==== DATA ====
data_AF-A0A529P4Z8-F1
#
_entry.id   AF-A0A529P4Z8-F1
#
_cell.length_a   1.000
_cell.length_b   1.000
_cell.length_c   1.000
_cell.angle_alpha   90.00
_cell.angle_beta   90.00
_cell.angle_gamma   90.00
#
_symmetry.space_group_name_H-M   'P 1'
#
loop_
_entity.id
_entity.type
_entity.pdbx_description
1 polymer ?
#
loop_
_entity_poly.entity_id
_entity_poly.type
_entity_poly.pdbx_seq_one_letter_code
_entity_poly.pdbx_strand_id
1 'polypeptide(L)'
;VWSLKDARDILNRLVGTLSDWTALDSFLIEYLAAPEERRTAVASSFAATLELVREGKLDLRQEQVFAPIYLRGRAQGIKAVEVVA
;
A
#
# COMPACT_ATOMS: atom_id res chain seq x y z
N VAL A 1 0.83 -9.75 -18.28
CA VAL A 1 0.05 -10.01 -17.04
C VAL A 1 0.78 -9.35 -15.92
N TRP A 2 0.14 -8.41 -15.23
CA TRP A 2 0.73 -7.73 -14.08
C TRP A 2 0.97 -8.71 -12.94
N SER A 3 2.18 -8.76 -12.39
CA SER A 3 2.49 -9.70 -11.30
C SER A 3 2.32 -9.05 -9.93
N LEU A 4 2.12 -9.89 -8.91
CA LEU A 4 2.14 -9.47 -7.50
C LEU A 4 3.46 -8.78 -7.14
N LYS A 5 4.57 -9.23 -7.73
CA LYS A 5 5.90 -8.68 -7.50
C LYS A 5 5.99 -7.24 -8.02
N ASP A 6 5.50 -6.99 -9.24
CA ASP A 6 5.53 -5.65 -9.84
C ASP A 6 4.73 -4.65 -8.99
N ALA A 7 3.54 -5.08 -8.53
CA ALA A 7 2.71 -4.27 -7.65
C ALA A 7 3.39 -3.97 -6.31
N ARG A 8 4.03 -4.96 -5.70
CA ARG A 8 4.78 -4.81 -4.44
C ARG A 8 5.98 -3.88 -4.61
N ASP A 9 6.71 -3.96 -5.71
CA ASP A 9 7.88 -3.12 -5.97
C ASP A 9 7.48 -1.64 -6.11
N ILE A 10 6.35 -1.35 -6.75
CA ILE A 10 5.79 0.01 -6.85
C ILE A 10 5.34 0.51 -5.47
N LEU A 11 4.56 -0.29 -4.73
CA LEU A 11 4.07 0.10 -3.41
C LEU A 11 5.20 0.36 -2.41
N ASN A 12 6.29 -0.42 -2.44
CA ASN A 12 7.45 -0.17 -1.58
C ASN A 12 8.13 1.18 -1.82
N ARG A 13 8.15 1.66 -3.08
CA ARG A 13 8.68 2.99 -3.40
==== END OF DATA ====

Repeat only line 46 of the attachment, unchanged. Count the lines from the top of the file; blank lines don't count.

N ASP A 6 5.50 -6.99 -9.24